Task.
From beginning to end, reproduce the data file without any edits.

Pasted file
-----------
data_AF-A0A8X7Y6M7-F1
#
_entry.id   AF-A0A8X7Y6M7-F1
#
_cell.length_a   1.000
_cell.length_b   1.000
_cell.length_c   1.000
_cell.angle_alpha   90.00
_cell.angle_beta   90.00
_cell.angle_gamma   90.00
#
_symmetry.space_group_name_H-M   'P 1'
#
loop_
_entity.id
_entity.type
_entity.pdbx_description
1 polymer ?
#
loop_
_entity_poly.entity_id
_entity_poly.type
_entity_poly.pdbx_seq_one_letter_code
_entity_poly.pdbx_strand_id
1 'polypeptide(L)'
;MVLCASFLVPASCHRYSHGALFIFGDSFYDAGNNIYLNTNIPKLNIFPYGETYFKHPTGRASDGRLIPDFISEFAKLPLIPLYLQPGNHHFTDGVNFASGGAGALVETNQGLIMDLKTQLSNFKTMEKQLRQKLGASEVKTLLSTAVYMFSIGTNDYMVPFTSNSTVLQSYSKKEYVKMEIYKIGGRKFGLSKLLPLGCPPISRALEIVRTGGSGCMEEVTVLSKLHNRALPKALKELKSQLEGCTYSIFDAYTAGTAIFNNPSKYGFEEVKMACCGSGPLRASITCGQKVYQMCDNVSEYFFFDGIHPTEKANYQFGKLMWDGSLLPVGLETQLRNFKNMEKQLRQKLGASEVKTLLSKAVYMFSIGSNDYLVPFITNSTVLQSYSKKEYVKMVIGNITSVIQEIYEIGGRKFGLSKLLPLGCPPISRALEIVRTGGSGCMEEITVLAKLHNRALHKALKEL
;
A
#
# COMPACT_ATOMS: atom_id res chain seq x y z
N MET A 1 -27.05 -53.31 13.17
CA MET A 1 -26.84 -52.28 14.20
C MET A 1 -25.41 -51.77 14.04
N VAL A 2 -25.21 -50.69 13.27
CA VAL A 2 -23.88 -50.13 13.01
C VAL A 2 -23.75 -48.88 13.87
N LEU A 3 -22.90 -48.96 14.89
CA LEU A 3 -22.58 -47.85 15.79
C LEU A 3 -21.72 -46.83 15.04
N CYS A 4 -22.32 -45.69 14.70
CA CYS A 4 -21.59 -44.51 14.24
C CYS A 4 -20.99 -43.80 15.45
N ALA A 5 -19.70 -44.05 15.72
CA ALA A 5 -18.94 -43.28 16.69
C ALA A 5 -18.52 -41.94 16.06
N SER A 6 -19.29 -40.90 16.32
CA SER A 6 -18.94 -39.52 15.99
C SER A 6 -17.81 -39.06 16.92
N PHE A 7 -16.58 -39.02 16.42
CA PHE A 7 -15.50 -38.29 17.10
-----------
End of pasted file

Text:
data_AF-A0A8X7Y6M7-F1
#
_entry.id   AF-A0A8X7Y6M7-F1
#
_cell.length_a   1.000
_cell.length_b   1.000
_cell.length_c   1.000
_cell.angle_alpha   90.00
_cell.angle_beta   90.00
_cell.angle_gamma   90.00
#
_symmetry.space_group_name_H-M   'P 1'
#
loop_
_entity.id
_entity.type
_entity.pdbx_description
1 polymer ?
#
loop_
_entity_poly.entity_id
_entity_poly.type
_entity_poly.pdbx_seq_one_letter_code
_entity_poly.pdbx_strand_id
1 'polypeptide(L)'
;MVLCASFLVPASCHRYSHGALFIFGDSFYDAGNNIYLNTNIPKLNIFPYGETYFKHPTGRASDGRLIPDFISEFAKLPLIPLYLQPGNHHFTDGVNFASGGAGALVETNQGLIMDLKTQLSNFKTMEKQLRQKLGASEVKTLLSTAVYMFSIGTNDYMVPFTSNSTVLQSYSKKEYVKMEIYKIGGRKFGLSKLLPLGCPPISRALEIVRTGGSGCMEEVTVLSKLHNRALPKALKELKSQLEGCTYSIFDAYTAGTAIFNNPSKYGFEEVKMACCGSGPLRASITCGQKVYQMCDNVSEYFFFDGIHPTEKANYQFGKLMWDGSLLPVGLETQLRNFKNMEKQLRQKLGASEVKTLLSKAVYMFSIGSNDYLVPFITNSTVLQSYSKKEYVKMVIGNITSVIQEIYEIGGRKFGLSKLLPLGCPPISRALEIVRTGGSGCMEEITVLAKLHNRALHKALKEL
;
A
#
# COMPACT_ATOMS: atom_id res chain seq x y z
N MET A 1 -27.05 -53.31 13.17
CA MET A 1 -26.84 -52.28 14.20
C MET A 1 -25.41 -51.77 14.04
N VAL A 2 -25.21 -50.69 13.27
CA VAL A 2 -23.88 -50.13 13.01
C VAL A 2 -23.75 -48.88 13.87
N LEU A 3 -22.90 -48.96 14.89
CA LEU A 3 -22.58 -47.85 15.79
C LEU A 3 -21.72 -46.83 15.04
N CYS A 4 -22.32 -45.69 14.70
CA CYS A 4 -21.59 -44.51 14.24
C CYS A 4 -20.99 -43.80 15.45
N ALA A 5 -19.70 -44.05 15.72
CA ALA A 5 -18.94 -43.28 16.69
C ALA A 5 -18.52 -41.94 16.06
N SER A 6 -19.29 -40.90 16.32
CA SER A 6 -18.94 -39.52 15.99
C SER A 6 -17.81 -39.06 16.92
N PHE A 7 -16.58 -39.02 16.42
CA PHE A 7 -15.50 -38.29 17.10